Guised as a pulse-pounding crime thriller, Nightcrawler is an unforgiving arraignment of the ratings-crazed media and a striking character study of a magnetic sociopath played by Jake Gyllenhaal in a performance fueled with intensity and malevolence. Gyllenhaal, who lost more than 30 pounds for the film, plays Louis Bloom, a mentally unstable and over-zealous creep whose mantra in life, or at least the pitch he peddles to anyone who’ll listen to him, is “If you want to win the lottery, you have to buy a ticket first.”
When we first meet Louis, he’s beating up a security guard who had just busted him stealing barb wire on a private property. Not satisfied with the petty returns from his con jobs, Louis decides to switch careers when he comes across a cameraman (Bill Paxton) videotaping a scene of a grizzly accident on a freeway one night. Learning that horrific footage garnered from tragic crime scenes and accidents can be sold for large wads of cash to ratings-starved news stations desperate for sensational imagery to accompany their news stories, he quickly gets a camera and a police scanner (both illegally acquired).
Although his entry into the business is initially characterized with conflicts with established “nightcrawlers,” Bloom’s lack of empathy and a moral compass takes him on a fast track to the top of the scumbag chain. Along the way, he manipulates an innocent homeless man named Rick (Riz Ahmed) into his diabolical business. His gory, voyeuristic footage soon makes him the go to guy for Nina (Rene Russo), an ethically-challenged TV news producer at a ratings-starved television station. As Nina becomes more and more dependent on Louis for her sensationalistic news stories, the more we realize how manipulative, slimy and terrifying Louis truly is.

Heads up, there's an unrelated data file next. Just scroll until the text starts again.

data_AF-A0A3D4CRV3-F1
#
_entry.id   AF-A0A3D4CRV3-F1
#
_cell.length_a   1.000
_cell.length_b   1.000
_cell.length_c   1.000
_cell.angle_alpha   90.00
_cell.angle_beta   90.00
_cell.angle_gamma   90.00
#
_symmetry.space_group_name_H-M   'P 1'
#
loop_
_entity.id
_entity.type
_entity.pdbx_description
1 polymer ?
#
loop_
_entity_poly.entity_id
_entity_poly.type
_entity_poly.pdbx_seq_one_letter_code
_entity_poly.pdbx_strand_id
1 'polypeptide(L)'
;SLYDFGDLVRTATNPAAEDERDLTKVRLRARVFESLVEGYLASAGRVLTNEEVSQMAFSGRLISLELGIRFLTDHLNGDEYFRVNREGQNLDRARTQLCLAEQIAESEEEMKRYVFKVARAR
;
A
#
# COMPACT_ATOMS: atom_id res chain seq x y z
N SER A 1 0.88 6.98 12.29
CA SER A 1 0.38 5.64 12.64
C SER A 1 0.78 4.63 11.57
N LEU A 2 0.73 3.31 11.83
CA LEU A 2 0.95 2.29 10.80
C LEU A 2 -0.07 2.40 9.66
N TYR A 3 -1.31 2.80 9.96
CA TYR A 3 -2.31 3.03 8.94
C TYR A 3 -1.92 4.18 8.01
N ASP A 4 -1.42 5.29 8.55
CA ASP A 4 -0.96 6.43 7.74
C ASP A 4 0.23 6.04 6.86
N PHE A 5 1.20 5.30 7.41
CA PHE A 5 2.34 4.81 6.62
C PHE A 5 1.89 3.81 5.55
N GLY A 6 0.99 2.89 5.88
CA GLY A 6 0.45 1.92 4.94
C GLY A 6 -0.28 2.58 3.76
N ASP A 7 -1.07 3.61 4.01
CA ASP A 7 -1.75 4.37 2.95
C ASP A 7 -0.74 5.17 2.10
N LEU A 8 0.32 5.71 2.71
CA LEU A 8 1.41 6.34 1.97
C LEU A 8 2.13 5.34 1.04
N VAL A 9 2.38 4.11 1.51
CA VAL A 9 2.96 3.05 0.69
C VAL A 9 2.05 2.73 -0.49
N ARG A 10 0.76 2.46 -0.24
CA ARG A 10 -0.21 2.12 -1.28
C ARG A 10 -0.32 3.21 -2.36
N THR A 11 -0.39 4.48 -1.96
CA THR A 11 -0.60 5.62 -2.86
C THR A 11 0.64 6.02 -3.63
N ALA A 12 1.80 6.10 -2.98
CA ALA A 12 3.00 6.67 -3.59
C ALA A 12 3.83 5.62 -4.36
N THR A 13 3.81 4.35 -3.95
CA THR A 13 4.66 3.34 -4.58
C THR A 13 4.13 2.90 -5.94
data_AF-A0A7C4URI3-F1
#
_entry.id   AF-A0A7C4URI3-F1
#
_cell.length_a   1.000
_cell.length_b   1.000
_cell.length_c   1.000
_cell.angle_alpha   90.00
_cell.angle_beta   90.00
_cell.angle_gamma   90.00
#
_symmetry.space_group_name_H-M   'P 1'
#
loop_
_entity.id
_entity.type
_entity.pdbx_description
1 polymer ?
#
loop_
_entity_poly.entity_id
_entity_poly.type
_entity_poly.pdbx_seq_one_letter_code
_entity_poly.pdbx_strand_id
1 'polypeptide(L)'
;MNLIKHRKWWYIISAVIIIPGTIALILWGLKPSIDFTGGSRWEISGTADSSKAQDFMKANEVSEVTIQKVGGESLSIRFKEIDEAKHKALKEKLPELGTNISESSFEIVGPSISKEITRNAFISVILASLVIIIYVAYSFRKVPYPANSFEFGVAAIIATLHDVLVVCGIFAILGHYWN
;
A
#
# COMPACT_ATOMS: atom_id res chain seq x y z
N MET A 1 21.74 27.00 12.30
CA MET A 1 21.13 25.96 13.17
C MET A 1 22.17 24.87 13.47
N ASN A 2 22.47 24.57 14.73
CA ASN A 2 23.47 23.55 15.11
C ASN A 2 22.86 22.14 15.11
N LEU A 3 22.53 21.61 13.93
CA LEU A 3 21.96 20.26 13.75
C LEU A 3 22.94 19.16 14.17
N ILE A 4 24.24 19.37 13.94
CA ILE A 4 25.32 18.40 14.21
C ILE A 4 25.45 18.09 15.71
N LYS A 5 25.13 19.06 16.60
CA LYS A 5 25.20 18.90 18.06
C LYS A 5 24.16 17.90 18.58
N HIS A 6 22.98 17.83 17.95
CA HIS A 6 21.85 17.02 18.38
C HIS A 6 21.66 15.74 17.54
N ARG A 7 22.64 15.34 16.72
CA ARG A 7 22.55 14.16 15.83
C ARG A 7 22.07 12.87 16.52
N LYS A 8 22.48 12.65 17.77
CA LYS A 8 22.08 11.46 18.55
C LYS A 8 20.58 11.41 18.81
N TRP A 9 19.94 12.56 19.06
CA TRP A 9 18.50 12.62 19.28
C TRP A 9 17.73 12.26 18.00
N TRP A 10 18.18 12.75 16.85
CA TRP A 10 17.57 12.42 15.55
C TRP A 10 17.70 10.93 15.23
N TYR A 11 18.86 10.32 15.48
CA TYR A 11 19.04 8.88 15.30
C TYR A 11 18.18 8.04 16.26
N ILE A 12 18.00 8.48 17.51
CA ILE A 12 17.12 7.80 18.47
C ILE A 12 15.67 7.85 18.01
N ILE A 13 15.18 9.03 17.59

Nightcrawler marks the directorial debut of Dan Gilroy. Like his more prolific writer-director brother Tony (Michael Clayton, the Bourne trilogy), Gilroy got his start with writing screenplays for others including Two for the Money, Real Steel, The Fall and Freejack before branching out on his own with Nightcrawler. Unlike some of his previous work, Gilroy is less interested in the mechanics of plot than about making a statement on the TMZ-era paparazzi and local media. This is a pitch black satire that makes you think about the back-door dealings and shady deals behind the raw footage you see on the evening news. The filmmaker’s vision is immensely aided by Academy Award-winning cinematographer Robert Elswit whose gritty, voyeuristic nighttime photography paints Los Angeles as a seedy metropolis ridden with scum, slowly rotting away from within.
Above all, Nightcrawler belongs to Gyllenhaal. The actor’s fully committed performance holds the film together, even in its most sensational moments. With his gaunt pale face, sunken eyes, protruding cheekbones and disturbingly empty smile, Gyllenhaal ensures that Louis gets under your skin and stays there. Louis Bloom is a psycho for the ages, cut from the same cloth as Daniel Plainview, Alex de Large and the Joker. You know he’s a horrible excuse for a human being but you’re still mesmerized by him and can’t wait to see what he does next. It’s a career-best turn from a hard-working actor who, between last fall’s Prisoners, this spring’s overlooked Enemy, is proving himself as one of the preeminent talents of his generation.
Director: Dan Gilroy
Screenwriter: Dan Gilroy
Cast: Jake Gyllenhaal, Rene Russo, Riz Ahmed, Bill Paxton, Kevin Rahm
Producer: Jennifer Fox, Tony Gilroy, Jake Gyllenhaal, David Lancaster, Michel Litvak
Running time: 117 minutes
Companies: Open Road Films
Rating: R for violence including graphic images, and for language